When should inpatients who exhibit violent behaviors be prosecuted?

Stephen H. Dinwiddie*

*Corresponding author for this work

Research output: Contribution to journalArticlepeer-review


Acts of physical violence perpetrated by inpatients on hospital staff are pervasive, erode staff morale, and consequently lead to burnout; these acts of physical violence are all too often ignored or minimized. The human costs of such violence are slowly being recognized, but systemic response lags. In this article, it is argued that under some circumstances criminal prosecution of patients who have exhibited assaultive behavior is an ethically and clinically appropriate response. Prosecution should be an option particularly when assaultive behavior on the part of the patient is clearly instrumental, planned, and believed to stem from antisocial attitudes rather than severe mental illness. Experience has shown that for this intervention to be effective, “stakeholders,” including local police, prosecutors, and hospital administration, must collaborate and agree upon a process whereby specific acts of violence can be addressed by the criminal justice system.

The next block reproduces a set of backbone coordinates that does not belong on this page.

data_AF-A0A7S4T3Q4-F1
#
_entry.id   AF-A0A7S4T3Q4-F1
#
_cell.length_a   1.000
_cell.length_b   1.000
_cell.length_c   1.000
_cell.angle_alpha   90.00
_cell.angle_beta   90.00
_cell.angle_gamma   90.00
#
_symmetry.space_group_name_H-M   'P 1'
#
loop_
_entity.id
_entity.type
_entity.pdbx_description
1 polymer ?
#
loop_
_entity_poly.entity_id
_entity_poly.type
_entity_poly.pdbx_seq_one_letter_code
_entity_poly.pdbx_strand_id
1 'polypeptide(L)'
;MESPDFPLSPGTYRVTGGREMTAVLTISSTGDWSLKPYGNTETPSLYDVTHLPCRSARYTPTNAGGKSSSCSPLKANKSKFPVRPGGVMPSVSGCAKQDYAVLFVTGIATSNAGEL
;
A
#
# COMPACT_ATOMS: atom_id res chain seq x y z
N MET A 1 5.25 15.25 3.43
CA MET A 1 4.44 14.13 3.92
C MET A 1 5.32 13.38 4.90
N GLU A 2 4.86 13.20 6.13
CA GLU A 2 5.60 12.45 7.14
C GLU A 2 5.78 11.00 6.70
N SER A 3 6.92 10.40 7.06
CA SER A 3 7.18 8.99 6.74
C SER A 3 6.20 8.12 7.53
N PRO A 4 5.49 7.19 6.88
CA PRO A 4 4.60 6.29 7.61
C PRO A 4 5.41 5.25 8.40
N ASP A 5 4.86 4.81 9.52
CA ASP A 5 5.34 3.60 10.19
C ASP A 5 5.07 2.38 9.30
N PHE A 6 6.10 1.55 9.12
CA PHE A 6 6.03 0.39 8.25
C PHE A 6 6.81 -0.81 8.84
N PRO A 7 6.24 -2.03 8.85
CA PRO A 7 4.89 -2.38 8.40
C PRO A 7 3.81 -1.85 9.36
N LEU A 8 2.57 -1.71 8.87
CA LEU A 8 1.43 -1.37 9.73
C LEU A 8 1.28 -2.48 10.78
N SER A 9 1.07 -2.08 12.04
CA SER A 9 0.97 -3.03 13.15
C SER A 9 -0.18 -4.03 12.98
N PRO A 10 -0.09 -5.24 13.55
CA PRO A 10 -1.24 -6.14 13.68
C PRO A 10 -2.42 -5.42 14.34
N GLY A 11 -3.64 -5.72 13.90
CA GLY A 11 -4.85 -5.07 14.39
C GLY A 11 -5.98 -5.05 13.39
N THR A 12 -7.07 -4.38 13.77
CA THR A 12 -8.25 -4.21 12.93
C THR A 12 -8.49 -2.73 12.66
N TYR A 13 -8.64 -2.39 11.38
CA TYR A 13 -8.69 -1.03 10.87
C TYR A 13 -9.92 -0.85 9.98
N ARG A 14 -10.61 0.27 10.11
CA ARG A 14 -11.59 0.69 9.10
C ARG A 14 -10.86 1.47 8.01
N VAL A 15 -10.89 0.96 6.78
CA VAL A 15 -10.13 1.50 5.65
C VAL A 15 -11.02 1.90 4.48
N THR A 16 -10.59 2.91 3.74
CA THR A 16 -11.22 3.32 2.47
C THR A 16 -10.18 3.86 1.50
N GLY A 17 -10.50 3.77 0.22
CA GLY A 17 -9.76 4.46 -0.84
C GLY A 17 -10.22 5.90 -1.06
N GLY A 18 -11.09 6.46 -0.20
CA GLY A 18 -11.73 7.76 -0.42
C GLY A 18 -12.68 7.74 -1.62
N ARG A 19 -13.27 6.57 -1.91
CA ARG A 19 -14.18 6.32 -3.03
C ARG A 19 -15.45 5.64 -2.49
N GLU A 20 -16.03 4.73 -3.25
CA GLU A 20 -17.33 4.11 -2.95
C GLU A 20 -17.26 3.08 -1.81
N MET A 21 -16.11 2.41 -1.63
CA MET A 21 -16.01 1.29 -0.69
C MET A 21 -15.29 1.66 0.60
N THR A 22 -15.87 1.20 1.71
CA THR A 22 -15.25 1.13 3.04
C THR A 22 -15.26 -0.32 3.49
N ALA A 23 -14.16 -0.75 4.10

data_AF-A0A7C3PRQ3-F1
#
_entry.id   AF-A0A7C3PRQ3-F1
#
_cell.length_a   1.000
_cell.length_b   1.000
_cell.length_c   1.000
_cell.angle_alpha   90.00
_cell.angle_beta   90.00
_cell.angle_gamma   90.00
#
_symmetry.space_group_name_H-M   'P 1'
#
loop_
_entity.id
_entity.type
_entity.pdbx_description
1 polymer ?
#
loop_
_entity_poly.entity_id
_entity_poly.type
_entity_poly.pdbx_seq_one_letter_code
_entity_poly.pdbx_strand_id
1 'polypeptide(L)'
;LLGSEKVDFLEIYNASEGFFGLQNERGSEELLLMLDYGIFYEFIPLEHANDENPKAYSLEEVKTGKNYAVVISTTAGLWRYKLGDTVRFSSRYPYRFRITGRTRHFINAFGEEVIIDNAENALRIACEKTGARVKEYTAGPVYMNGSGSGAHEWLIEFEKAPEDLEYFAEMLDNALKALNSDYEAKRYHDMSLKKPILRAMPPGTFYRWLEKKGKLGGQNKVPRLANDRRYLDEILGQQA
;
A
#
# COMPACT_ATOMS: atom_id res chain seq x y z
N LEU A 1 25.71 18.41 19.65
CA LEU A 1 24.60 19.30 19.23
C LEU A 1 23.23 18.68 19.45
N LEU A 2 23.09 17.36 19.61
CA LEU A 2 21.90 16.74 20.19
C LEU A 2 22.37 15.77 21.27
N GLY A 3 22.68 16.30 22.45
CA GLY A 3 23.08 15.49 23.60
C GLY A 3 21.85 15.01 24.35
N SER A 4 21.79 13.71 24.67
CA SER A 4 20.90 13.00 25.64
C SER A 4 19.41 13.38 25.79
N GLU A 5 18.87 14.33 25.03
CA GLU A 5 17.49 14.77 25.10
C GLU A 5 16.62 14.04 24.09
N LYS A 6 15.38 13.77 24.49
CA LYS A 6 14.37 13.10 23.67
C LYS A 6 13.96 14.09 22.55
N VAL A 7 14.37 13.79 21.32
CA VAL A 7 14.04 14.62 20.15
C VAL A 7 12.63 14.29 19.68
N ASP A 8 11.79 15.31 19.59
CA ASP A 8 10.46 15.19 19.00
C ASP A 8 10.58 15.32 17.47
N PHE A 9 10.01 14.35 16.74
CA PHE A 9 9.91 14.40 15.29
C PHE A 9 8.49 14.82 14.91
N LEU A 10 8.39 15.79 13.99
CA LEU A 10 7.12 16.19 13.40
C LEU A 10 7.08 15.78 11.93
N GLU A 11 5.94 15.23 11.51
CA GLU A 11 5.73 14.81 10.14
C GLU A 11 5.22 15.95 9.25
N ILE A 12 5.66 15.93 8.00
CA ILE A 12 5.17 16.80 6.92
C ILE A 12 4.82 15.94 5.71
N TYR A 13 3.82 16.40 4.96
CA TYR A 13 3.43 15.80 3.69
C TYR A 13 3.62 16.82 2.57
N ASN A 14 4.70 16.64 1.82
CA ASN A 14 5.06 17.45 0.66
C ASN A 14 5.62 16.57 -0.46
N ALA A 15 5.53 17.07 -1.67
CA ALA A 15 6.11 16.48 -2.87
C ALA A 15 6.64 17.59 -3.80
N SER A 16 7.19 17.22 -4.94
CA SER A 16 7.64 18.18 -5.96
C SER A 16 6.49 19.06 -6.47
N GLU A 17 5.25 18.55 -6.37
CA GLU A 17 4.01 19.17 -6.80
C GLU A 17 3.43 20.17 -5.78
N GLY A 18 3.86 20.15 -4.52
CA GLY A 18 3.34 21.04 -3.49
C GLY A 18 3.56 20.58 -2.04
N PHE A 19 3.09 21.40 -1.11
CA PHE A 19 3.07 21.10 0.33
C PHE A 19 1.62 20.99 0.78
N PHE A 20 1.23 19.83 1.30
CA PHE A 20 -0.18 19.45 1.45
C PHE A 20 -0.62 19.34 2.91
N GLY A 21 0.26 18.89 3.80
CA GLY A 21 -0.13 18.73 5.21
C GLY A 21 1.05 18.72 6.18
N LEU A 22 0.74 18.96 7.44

Original languageEnglish (US)
Pages (from-to)123-126
Number of pages4
JournalPsychiatric Annals
Issue number3
StatePublished - 2021

ASJC Scopus subject areas

  • Psychiatry and Mental health


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